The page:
Anonymous asked:

Are you pro-nordic model or not?

allthecanadianpolitics:

I’m not supportive of the current legislation in Bill C-36 which takes inspiration from the ‘nordic model’.

It will force those in the sex trade to put themselves in danger in order to discourage the practice.

Here’s some more factoids from the BC Civil Liberties Association:

Increased safety and dignity for Canadian sex workers must be at the centre of new legislation. This new bill does not respond to the violations of Charter rights that were outlined in the Bedford decision. It is difficult to imagine how this new bill will stand up to constitutional scrutiny in light of Bedford. The BCCLA takes the position that the purchase and sale of sexual services between consenting, capable adults should not be a criminal offence. Capable adults should be able to exercise autonomy over their own bodies. As an organization, we believe that only decriminalization and regulation of sex work will afford those involved in sex work the dignity, safety, and autonomy that they deserve. It is our position that criminalizing the sale or purchase of sex will recreate the dangerous conditions which not only precipitated the Supreme Court of Canada’s ruling of unconstitutionality in Bedford v. Canada, but have also ravaged our communities and families.

Bill C-36 seeks to expressly criminalize communicating for the purpose of purchasing sex, and communicating publicly for the purpose of selling sex. The Court, however, ruled in Bedford that “By prohibiting communication in public for the purpose of prostitution, the law prevents prostitutes from screening clients and setting terms for the use of condoms or safe houses. In these ways, it significantly increases the risk that they face”.

In addition, this law creates an entirely new offence aimed at advertising sexual services. This provision would make indoor sex work impossible, though the Supreme Court clearly recognized that the ability to work indoors is a key measure for reducing risk for sex workers.  A substantial and important body of evidence demonstrates that criminalizing the purchase of sex does not result in increased safety for sex workers.  When sex workers are focused on avoiding police detection, whether due to their own criminalization or that of their clients, they are less able to engage in activities that mitigate their risks. Displacement to isolated areas, inability to screen clients, inability to hire security staff, and inability to access police protection are the very conditions that led to the Court’s ruling in Bedford.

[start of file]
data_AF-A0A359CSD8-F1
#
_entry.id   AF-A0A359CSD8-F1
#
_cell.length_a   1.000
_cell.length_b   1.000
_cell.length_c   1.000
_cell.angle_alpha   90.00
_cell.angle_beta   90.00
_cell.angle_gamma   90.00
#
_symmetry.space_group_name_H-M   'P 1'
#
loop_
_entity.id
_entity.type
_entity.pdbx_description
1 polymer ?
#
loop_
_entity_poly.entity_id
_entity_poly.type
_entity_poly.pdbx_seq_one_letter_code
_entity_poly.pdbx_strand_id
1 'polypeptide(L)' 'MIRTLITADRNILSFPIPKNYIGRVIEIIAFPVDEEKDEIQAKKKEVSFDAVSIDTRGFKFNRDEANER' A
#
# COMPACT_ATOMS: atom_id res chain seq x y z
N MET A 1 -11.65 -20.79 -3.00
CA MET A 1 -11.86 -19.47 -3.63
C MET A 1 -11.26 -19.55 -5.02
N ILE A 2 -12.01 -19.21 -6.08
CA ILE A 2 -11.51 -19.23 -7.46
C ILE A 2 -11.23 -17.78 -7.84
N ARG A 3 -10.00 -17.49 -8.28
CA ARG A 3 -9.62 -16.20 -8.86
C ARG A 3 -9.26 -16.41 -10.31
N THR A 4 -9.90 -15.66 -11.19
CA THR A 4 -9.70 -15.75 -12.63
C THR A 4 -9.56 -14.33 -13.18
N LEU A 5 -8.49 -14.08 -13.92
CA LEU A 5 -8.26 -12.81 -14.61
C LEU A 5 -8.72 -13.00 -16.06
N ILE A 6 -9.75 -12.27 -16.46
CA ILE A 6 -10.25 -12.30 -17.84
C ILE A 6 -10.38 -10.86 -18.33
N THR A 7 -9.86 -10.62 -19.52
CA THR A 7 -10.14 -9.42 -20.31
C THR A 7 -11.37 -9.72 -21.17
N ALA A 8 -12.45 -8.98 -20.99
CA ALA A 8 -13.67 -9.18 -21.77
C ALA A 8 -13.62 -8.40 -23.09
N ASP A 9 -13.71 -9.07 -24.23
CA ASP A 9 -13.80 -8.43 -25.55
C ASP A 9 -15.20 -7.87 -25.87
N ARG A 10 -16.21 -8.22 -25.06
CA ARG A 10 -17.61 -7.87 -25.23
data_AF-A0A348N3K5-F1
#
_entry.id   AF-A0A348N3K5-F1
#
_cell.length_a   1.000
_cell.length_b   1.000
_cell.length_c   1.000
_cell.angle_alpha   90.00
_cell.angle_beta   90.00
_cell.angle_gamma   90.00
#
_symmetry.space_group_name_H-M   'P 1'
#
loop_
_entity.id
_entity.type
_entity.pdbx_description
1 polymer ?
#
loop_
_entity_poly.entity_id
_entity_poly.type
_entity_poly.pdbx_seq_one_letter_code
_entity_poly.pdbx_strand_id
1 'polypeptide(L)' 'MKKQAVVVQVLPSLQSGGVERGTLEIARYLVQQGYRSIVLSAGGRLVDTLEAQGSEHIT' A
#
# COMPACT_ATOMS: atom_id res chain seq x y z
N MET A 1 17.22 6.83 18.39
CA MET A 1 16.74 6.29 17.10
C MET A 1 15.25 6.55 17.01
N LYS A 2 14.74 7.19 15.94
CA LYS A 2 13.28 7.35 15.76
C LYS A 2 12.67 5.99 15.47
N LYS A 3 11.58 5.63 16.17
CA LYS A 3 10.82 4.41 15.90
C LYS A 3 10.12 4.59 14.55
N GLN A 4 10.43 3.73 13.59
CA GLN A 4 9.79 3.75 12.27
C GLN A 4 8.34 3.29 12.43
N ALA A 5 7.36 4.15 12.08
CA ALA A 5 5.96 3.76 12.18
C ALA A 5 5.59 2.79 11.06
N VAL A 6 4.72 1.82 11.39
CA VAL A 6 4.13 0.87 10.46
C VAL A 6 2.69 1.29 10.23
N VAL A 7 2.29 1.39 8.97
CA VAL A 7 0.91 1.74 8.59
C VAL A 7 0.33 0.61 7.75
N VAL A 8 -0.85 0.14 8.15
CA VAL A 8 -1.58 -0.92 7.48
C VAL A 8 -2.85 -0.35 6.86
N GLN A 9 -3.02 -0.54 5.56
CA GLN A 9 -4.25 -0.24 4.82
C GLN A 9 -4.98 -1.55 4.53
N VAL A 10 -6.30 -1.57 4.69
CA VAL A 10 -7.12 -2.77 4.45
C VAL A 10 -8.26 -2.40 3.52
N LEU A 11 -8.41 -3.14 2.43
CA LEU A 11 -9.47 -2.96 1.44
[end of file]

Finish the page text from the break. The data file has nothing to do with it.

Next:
wearesorryfortheinconvenience:

wearesorryfortheinconvenience:

my friend is CONVINCED he is the one who brought on post limit. a few years ago he was reblogging a single picture as fast as he could as many times as he could and then the server crashed and ever since then people started hitting a post limit

its his fault we go through this

if you were wondering this is the image image

bUT IDK MAN I THINK THERE IS PLENTY OF FUCKIN REASON TO BE UPSET

(Source: standardgaydad)


“When you break your bone you don’t try to set it back in place yourself. You go to the hospital. Why is it that people think they can fix their brain, the most crucial part of their body, all by themselves.”

-- My 11th grade math teacher (via sickofbeingsuicidal)

jelee-:

castleoflions:

magicalzebra:

running-on-neon:

when you can’t draw anything but eyes

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bedussey:

OMfg i was in starbucks and i saw this girl with pink hair and a shirt with an inverted cross on it and i hissed “hipster blogger” and she hissed back because she was actually a snake haha what’s a SNAKe doing in star bucks? i only have 60 followes

(Source: lackadaisicalify)


THEME